ST AUGUSTINE'S, TONGE MOOR 1947 THEIR 75TH ANNIVERSARY PILGRIMAGE WAS FROM 29 AUGUST TO 2 SEPTEMBER 2022 and see ‘Pilgrimage Anniversary’ in Walsingham Review, Assumptiontide 2022 p 6 ______ from Our Lady's Mirror, Autumn and Winter Number 1947-8 We had to come from Bolton in the foggy North. None of us had even been to Norfolk before. We had wondered for a long time how to make the pilgrimage from here, as it is nearly 200 miles each way, trains are awkward, and to charter a special "chara" would be beyond young people's pockets. To hitch-hike would not give us enough time. We only get two holidays in the year here, in July and September, from Saturday to Thursday. We do not go in for Bank Holidays. But something happened. One of the Boys who attends St Augustine's in the holidays has a father who is a furniture remover. He is of the "personal touch type", still able to do things on his own responsibility. He asked his foreman ("Bob") if he would like the trip, who said he would if he could take his wife. And that's how fifteen of us had a free lift both ways in a furniture van, while five others (a whole family) came in a private car. One of our priests [Fr Humphrey Whistler] came with us, and another [Fr Kenneth Child] met us at Walsingham. They belong to the Company of Mission Priests, which has a "House" here, and runs this parish (St Augustine's, Tonge Moor) somewhat as your College of St Augustine runs Walsingham and Houghton; though as yet we have no lay brothers. We all intended to keep the Greater Pilgrimage, and had a copy of the Manual before we came. We went to our confessions the night before and attended a Votive Mass for Pilgrims and Travellers the next morning before setting off at 8 a.m. It was a long journey and we could not see much. The back was slightly open, but let in more fumes than fresh air. Kelham was our half-way "station", where we were welcomed by one of our former priests who has joined the Society of the Sacred Mission. The furniture van was not uncomfortable as we had put four settees in it, but some of us suffered a good deal from road-sickness. We eventually arrived at Walsingham at 7 p.m., and after finding our various billets, enjoyed the first of many excellent meals provided by the Sisters in the Refectory. The private car arrived a little later, having had to buy and fit a new radiator on the way. Benediction that evening in the beautiful Shrine Church, and our first visit to the Holy House, was unforgettable, and a great climax to the day. The atmosphere of the "Holy Land of Walsingham" had infected us at once, added to which there is nothing so moving as arriving safely at the goal of your pilgrimage. I will not describe the details of the Greater Pilgrimage, familiar to you; daily Mass, which we all attended; Sung Mass at the Parish Church; Evensong and Devotions at St Giles; the Stations of the Cross, winding through the garden in brilliant sunlight; and finally the visit to the Holy Well, after offering our petitions in the Holy House. None of us had particularly bodily ailments, but others here have benefited since, and all of us in different ways, known only to ourselves. Not the least striking has been its effect on"Bob" and his wife, who joined in everything with us. A "highlight" of the pilgrimage, not part of the official routine, was on Sunday evening, when we all gathered in the Shrine, and Father Derrick [Lingwood] talked to us for for a whole hour (tired as he was), at our request, about the wonderful history of Walsingham in the past, and the still more wonderful restoration of the Shrine of Our Lady in such recent years, still unknown to so many in England, with all the pilgrimages, and the miracles that Our Lady has begun to work again for the faithful, through her intercession with her Son. We could have gone on all night listening to him. We had a day off on Tuesday, and paid a visit to Blakeney, visiting its beautiful Church, associated with your Bishop O'Rorke, and wading across mud-flats to the sea. Now Tonge Moor is full of the story of our pilgrimage, and very envious. I think we have learnt a new personal love and veneration for Our Lord's Mother, and to think of her as a real person, actively helping us, and loving us. To show our love and gratitude to her we were present at the Mass of her Nativity the next Monday. We hope to keep up our contact with Our Lady of Walsingham by always attending her Mass, if possible, on the first Saturday of each month, when the two priests who came with us have an obligation to say Mass for the pilgrims, as they are now Priest-Associates of the Holy House. [by Fr Humphrey Whistler] AND ST AUGUSTINE'S HAVE COME ON PILGRIMAGE EVERY YEAR SINCE THEN top of page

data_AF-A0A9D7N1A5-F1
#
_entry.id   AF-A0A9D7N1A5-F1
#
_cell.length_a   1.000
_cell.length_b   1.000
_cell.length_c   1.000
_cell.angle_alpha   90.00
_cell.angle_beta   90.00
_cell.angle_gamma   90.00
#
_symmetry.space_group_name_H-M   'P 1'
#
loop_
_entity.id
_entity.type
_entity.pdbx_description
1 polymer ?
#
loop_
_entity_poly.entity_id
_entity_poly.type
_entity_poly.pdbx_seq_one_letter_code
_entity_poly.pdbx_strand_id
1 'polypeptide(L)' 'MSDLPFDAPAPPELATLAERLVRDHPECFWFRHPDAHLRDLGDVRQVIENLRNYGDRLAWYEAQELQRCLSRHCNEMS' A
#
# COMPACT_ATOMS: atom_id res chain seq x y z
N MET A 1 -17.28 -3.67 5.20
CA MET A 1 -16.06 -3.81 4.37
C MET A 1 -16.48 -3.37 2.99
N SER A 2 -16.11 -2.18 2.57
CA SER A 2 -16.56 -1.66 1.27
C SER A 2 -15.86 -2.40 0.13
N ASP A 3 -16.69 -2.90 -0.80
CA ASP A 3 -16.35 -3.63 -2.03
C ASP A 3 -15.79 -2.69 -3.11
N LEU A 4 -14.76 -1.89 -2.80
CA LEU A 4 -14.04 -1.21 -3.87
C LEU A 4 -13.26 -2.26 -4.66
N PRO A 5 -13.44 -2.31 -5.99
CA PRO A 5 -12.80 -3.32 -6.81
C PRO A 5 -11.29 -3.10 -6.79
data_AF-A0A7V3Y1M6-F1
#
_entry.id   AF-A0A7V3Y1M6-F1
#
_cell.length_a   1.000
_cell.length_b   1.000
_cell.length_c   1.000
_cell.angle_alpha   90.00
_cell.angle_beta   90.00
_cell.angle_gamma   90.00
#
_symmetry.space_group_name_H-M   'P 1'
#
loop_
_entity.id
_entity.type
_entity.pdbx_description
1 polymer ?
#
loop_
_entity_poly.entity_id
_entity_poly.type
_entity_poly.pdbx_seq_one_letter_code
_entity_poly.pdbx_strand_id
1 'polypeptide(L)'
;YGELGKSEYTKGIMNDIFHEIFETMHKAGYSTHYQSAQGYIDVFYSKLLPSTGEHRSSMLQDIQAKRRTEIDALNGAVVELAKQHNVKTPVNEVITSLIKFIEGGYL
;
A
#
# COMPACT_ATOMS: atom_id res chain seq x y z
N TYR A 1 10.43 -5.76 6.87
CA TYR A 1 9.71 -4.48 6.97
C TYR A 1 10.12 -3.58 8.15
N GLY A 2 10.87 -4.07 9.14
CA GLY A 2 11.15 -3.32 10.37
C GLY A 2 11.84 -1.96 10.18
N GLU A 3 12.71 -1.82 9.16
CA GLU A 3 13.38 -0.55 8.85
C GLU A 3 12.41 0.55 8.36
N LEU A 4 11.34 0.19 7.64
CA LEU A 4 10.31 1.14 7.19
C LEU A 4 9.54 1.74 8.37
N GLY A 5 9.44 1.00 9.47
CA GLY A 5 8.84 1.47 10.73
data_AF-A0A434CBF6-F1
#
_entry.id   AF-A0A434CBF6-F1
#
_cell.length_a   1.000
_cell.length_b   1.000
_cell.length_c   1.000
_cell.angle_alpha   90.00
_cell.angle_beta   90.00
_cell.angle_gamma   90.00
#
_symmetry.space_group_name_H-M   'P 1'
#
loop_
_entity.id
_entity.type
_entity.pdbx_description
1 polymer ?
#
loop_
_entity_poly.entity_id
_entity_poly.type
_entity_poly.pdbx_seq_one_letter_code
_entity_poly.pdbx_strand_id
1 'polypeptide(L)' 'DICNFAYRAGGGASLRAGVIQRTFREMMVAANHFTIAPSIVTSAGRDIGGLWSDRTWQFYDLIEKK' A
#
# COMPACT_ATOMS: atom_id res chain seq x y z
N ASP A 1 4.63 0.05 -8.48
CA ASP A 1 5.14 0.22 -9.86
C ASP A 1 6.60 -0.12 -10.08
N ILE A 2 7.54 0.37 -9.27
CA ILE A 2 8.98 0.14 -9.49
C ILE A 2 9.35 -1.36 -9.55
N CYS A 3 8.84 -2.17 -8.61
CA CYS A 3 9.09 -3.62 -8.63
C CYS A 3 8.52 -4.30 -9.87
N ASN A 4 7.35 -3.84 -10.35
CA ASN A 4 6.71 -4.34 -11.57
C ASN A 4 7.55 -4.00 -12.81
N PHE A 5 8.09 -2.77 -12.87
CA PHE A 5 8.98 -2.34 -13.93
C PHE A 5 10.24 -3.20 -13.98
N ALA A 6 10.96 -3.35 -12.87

OAKWORTH 1948 from Our Lady's Mirror, Autumn Number 1948 The twelfth annual pilgrimage by Brontë Bus took place on Whit Monday. For the second time the 360 miles were covered in one day. So the Sacraments were received in Oakworth or the other home Churches of the pilgrims. The Itinerary was said in Oakworth Church on Whit Sunday evening, and the pilgrims were blessed and sprinkled with holy water immediately after the Mass at 4 a.m. on the Monday morning. Some two dozen pilgrims – men, women and children – of ages ranging from four to sixty years were in the motor-bus ready to begin the 180 mile journey at 4.30 a.m. Fr. Ross, now Vicar of Holy Trinity, Bradford, and further pilgrims from Bradford, Burnley and Dewsbury were collected before many miles had been covered. Fr. Dolman, Parish Priest of Cromwell, near Newark-on-Trent, had made arrangements for the pilgrims to have breakfast in a café garden in his parish at 7.15 a.m. Fr. Dolman once again gave the pilgrims a happy welcome, and said the Litany of Our Lady with them in his beautiful Church just before they continued their journey and he began his Mass. King’s Lynn was reached soon after 10 a.m., and the pilgrims were in the Holy House soon after 11 a.m. Then they joined happily in the functions of the day, the children gaining good positions for the High mass, some of the others, assisting at the Low Mass in the garden, while the rest gallantly crushed themselves into the Church. Meals were taken at the Guildshop café. Amid much congestion and many halts, they made the Stations in the blazing sunshine of the afternoon – their banner of the Holy Family was carried before them in the procession through the streets. Many who had not been able to reach the Holy Well earlier in the day, returned there when things were quieter after tea; and intercessions were offered in the Shrine at the same time. Canon Goodworth had made arrangements for supper at 8.15 p.m., under the patronage of S. Peter at the Inn of the Cross Keys in his parish of Suttertoy, on the Great North Road. Oakworth was reached soon after 1 a.m. on Tuesday morning – all the pilgrims agreeing that the time had been all too short, and looking forward to coming again and bringing other people with them. top of page